Ryder Cup recaps: U.S. takes foursomes punches, still posts another 3-1 session for 9-3 lead

·10 min read

Down 6-2 on a chilly Saturday morning at Whistling Straits, Team Europe needed a hot start to the day's opening session.

Instead, it was the Americans, yet again, jumping on the visitors early.

The U.S. won the first five holes played between the first two foursomes matches before Viktor Hovland and Bernd Wiesberger, playing Jordan Spieth and Justin Thomas in the third match out, won the first hole. That did little, though, to ignite the Europeans.

Harrington's side still fought hard, leading three of the matches at one point. Jon Rahm and Sergio Garcia overcame a 3-down deficit through three holes to beat Daniel Berger and Brooks Koepka, but that was about the only thing that ultimately went right for the guests. Hovland and Wiesberger surrendered a 3-up lead of their own and fell on the 18th hole. Paul Casey and Tyrrell Hatton got down big to Dustin Johnson and Collin Morikawa, and even a back-nine rally wasn't good enough.

Xander Schauffele and Patrick Cantlay put the finishing touches on a third straight 3-1 session victory for the Americans, who enter Friday afternoon's fourballs leading, 9-3. Already, all 12 Americans have earned at least a half-point.

"Message to the guys was just to come out fresh today, pretend yesterday never happened and let's put our foot down and do the same like we did yesterday," U.S. captain Steve Stricker said. "Just keep building on that lead. Just keep trying to increase that lead. We got them down a little bit, and our goal is to continue that and continue that momentum. And our guys are fired up still."

Conversely, Rahm and Garcia are the only Europeans with more than a half-point, and seven Euros have yet to earn anything.

Here's everything that happened in Saturday morning's foursomes, match by match:

Highlights: Rahm/Garcia rally past Koepka/Berger

Jon Rahm/Sergio Garcia (Europe) def. Brooks Koepka/Daniel Berger (U.S.), 3 and 1

If there was any doubt that Rahm wasn't Team Europe's best player, he silenced it Saturday morning.

The world No. 1 and Garcia, winners in Friday morning's foursomes, got 3 down through three holes to Berger and Koepka, but rallied for their second victory together.

Berger curled in a short putt at No. 1 for a 1-up lead. He then hit a nice second shot onto the green and the U.S. went 2 up after the two-putt birdie. Garcia hooked his tee ball at No. 3 and Koepka lagged the birdie roll close for 3-up lead. Two holes later, after Europe won the fourth with par, Rahm hooked Europe’s second shot at the par-5 fifth into Lake Michigan, and the Euros would later concede the hole to drop back to 3 down.

"We both were aware at some point we were going to get a break and they weren't," Rahm said. "At some point we were going to have our opportunity, we just had to take advantage of it."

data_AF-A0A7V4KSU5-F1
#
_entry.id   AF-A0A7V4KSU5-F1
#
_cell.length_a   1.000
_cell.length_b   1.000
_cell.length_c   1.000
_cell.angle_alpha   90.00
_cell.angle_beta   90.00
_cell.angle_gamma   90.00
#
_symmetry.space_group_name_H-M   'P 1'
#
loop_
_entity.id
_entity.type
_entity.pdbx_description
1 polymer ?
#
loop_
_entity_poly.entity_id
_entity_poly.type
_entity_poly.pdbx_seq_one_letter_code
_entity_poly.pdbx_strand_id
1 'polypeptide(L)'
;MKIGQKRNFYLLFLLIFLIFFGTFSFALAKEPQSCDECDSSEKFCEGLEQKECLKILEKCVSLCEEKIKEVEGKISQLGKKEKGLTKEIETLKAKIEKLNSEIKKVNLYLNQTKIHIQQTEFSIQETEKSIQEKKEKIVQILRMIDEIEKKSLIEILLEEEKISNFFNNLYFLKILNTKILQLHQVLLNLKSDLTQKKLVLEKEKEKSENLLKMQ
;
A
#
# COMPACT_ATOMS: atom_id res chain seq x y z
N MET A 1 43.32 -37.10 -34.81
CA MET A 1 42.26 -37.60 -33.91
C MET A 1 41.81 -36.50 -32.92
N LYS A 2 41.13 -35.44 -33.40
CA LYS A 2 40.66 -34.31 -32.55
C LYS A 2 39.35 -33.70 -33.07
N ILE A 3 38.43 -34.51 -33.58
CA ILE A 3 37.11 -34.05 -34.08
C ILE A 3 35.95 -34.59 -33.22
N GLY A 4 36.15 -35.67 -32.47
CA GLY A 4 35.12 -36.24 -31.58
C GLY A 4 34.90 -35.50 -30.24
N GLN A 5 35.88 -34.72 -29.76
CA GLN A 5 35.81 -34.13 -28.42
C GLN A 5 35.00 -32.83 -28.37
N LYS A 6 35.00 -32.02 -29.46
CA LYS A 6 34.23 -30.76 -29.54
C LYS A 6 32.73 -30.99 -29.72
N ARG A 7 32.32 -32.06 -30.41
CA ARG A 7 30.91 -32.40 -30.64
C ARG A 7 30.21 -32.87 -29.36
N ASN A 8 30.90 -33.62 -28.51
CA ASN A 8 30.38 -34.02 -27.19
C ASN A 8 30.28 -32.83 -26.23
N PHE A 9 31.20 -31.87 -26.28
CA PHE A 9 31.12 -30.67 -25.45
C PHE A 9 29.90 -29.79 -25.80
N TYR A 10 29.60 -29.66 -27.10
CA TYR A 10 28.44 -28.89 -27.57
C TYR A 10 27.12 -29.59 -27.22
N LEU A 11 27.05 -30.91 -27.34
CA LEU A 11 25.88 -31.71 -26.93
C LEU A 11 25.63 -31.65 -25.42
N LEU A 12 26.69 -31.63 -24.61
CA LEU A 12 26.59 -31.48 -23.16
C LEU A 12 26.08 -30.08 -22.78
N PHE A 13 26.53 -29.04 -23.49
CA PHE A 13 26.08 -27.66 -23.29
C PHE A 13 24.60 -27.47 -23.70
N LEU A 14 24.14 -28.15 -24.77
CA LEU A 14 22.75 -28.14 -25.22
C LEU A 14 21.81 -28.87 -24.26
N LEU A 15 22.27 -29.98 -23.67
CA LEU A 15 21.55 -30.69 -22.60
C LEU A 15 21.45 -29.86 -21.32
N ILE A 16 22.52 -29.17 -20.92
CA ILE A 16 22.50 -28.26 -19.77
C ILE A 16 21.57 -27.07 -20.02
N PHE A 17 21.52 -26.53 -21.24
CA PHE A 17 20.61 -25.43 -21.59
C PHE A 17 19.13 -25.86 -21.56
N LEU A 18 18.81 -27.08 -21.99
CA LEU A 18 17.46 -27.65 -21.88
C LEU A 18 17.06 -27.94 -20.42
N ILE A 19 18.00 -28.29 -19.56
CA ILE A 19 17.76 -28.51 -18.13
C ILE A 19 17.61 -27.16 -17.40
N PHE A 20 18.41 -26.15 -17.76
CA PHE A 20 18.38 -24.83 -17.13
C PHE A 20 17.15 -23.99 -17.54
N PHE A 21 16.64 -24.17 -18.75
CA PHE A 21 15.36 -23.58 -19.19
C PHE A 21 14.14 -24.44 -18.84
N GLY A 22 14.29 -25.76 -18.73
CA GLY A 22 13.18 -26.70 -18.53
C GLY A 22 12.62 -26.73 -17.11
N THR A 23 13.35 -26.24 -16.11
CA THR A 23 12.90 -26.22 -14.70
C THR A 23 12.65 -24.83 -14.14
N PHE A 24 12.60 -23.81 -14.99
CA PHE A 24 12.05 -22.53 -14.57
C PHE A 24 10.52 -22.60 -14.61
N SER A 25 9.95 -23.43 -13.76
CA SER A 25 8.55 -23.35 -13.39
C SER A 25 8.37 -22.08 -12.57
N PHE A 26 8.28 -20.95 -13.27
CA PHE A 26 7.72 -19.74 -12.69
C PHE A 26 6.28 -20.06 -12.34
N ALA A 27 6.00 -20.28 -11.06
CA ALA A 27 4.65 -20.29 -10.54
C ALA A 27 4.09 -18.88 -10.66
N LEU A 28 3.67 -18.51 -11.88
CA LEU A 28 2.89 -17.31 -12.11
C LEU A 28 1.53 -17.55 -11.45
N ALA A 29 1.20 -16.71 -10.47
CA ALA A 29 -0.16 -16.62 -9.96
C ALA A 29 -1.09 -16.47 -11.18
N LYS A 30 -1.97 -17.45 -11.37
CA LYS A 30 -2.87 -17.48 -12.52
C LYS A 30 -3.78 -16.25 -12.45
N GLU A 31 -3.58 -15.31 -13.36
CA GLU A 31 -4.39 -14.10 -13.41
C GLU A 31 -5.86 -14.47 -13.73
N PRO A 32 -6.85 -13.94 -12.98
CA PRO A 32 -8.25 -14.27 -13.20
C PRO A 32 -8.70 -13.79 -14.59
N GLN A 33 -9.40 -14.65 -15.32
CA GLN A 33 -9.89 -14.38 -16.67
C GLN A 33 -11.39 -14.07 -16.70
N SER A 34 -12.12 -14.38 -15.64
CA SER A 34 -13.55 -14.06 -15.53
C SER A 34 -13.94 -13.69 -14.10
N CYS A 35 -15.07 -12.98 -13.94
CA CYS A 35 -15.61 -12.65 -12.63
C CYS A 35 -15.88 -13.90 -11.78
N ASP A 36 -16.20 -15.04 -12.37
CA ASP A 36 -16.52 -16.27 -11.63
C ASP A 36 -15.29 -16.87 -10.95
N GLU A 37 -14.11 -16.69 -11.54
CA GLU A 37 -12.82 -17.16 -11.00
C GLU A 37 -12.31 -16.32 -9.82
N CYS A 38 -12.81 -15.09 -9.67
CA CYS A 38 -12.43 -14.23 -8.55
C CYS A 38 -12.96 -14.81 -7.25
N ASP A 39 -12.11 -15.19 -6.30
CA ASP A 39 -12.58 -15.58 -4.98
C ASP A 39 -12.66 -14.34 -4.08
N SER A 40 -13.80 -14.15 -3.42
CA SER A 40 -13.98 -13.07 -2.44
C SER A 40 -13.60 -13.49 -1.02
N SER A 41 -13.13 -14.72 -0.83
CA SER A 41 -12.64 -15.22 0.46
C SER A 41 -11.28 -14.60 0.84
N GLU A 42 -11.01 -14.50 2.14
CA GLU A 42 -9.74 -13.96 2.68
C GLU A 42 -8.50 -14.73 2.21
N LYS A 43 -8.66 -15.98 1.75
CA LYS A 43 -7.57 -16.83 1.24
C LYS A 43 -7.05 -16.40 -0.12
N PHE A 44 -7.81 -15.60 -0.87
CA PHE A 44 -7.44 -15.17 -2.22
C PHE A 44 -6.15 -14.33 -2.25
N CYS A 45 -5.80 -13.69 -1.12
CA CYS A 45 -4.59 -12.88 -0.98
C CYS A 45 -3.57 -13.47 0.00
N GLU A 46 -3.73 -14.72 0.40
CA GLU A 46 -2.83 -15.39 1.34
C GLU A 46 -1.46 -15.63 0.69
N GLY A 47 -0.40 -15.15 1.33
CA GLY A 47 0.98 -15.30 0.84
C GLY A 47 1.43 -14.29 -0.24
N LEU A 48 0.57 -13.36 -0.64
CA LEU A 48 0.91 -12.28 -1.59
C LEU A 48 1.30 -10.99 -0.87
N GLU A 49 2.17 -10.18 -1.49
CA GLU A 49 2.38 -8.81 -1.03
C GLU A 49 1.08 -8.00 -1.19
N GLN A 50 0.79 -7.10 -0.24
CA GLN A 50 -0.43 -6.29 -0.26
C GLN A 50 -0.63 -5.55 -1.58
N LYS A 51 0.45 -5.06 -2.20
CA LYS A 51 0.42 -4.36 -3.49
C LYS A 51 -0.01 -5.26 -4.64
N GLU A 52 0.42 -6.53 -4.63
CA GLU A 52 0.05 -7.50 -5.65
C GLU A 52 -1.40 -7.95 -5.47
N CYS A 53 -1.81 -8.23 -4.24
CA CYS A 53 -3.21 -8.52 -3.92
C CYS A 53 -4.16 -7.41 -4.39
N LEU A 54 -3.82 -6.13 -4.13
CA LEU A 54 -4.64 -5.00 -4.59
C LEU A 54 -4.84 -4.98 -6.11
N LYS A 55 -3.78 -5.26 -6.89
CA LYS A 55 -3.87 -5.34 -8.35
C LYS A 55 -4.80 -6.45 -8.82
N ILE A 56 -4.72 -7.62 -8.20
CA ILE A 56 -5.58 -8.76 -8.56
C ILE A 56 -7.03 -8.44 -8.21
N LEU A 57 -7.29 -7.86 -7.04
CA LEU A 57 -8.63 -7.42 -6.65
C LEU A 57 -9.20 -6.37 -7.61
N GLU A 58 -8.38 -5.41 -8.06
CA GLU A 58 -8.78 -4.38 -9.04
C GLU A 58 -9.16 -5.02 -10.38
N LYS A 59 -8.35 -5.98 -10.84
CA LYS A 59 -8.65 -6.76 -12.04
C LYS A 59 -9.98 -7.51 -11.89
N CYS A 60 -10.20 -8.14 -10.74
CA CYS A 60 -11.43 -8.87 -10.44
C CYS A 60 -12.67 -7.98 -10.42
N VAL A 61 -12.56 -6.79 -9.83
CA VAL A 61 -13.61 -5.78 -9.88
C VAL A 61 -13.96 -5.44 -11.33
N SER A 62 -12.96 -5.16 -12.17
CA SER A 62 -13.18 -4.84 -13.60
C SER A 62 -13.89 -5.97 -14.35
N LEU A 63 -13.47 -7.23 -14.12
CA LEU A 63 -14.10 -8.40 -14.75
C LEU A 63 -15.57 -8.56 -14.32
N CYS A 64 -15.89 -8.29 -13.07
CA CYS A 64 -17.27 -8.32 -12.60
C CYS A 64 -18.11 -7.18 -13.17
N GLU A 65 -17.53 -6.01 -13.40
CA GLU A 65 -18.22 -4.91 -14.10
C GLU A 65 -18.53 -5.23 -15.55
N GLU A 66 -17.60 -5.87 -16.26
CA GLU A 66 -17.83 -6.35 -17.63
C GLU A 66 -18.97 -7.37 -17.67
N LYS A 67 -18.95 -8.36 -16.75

They did. Garcia rebounded at the sixth, hitting a lovely wedge to 9 feet to set up Rahm for the winning birdie putt. He then missed left again, off the tee at the par-3 seventh, and later missed a bogey putt, but Berger bailed him out after failing to sink a 6-footer for par.

After a shaky start, Garcia quickly morphed into top Ryder Cup form. He sunk a 12-footer for par to win the eighth hole and then knotted the match back up by chipping in for birdie at the ninth. Koepka stopped the swing at No. 10, matching a European birdie by making a 16-footer of his own to tie the hole. He then hit a great approach from the rough to 7 feet at No. 11 to help secure a matching par.

But the Spaniards found some more magic, as Rahm hit his tee ball at the par-3 12th to 7 feet and Garcia finished the birdie job to give their side its first lead of this match, 1 up. A hole later, Koepka missed a shortie for par and suddenly the Americans were 2 down with five to play.

Rahm gave one back after skulling a chip over the green at No. 14. On the next hole, Berger drove it into a nasty lie in the rough, near a bush and drainage channel. After pleading with two rules officials for relief, Koepka hacked it out to 30 feet and then saved par to tie the hole.

Brooks Koepka unhappy with 15th hole official ball ruling

Asked later about the ruling, Koepka said, tersely: "Yeah, we didn't get it."

The lengthy rules discussion didn't seem to help the Americans moving forward, as Koepka yanked a drive into a bunker and the U.S. made a mess of the par-5 16th, while Garcia struck a beauty of a second shot from 244 yards to 5 feet and was later conceded the winning eagle.

A hole later, Berger missed the par-3 17th green right and the Americans couldn't save par, and the Euros took the hole and the match with par, as Rahm moved to 2-0-1 this week and Garcia improved to 2-0.

Highlights: DJ/Morikawa stay hot vs. Casey/Hatton

Dustin Johnson/Collin Morikawa (U.S.) def. Paul Casey/Tyrrell Hatton (Europe), 2 and 1